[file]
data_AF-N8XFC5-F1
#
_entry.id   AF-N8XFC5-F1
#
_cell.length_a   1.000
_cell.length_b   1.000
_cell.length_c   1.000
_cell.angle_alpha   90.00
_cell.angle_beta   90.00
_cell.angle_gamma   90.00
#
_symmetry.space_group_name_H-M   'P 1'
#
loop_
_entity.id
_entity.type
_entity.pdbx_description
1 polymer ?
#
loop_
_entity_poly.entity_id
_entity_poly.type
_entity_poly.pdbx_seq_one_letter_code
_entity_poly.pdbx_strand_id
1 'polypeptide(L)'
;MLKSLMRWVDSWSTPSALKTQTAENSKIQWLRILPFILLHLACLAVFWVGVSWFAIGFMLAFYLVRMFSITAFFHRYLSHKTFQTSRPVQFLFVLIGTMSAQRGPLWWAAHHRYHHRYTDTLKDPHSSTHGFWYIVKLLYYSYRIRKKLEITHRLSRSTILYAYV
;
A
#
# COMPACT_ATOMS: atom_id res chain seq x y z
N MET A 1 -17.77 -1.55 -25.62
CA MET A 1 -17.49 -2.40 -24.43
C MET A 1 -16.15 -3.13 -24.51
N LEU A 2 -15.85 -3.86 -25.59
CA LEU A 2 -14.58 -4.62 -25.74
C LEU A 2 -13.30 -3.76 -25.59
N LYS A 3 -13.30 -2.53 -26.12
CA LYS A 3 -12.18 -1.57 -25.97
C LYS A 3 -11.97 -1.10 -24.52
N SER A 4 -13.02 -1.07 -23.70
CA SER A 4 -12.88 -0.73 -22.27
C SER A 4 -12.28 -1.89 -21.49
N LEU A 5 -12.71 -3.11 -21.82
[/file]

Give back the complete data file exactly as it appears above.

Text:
data_AF-N8XFC5-F1
#
_entry.id   AF-N8XFC5-F1
#
_cell.length_a   1.000
_cell.length_b   1.000
_cell.length_c   1.000
_cell.angle_alpha   90.00
_cell.angle_beta   90.00
_cell.angle_gamma   90.00
#
_symmetry.space_group_name_H-M   'P 1'
#
loop_
_entity.id
_entity.type
_entity.pdbx_description
1 polymer ?
#
loop_
_entity_poly.entity_id
_entity_poly.type
_entity_poly.pdbx_seq_one_letter_code
_entity_poly.pdbx_strand_id
1 'polypeptide(L)'
;MLKSLMRWVDSWSTPSALKTQTAENSKIQWLRILPFILLHLACLAVFWVGVSWFAIGFMLAFYLVRMFSITAFFHRYLSHKTFQTSRPVQFLFVLIGTMSAQRGPLWWAAHHRYHHRYTDTLKDPHSSTHGFWYIVKLLYYSYRIRKKLEITHRLSRSTILYAYV
;
A
#
# COMPACT_ATOMS: atom_id res chain seq x y z
N MET A 1 -17.77 -1.55 -25.62
CA MET A 1 -17.49 -2.40 -24.43
C MET A 1 -16.15 -3.13 -24.51
N LEU A 2 -15.85 -3.86 -25.59
CA LEU A 2 -14.58 -4.62 -25.74
C LEU A 2 -13.30 -3.76 -25.59
N LYS A 3 -13.30 -2.53 -26.12
CA LYS A 3 -12.18 -1.57 -25.97
C LYS A 3 -11.97 -1.10 -24.52
N SER A 4 -13.02 -1.07 -23.70
CA SER A 4 -12.88 -0.73 -22.27
C SER A 4 -12.28 -1.89 -21.49
N LEU A 5 -12.71 -3.11 -21.82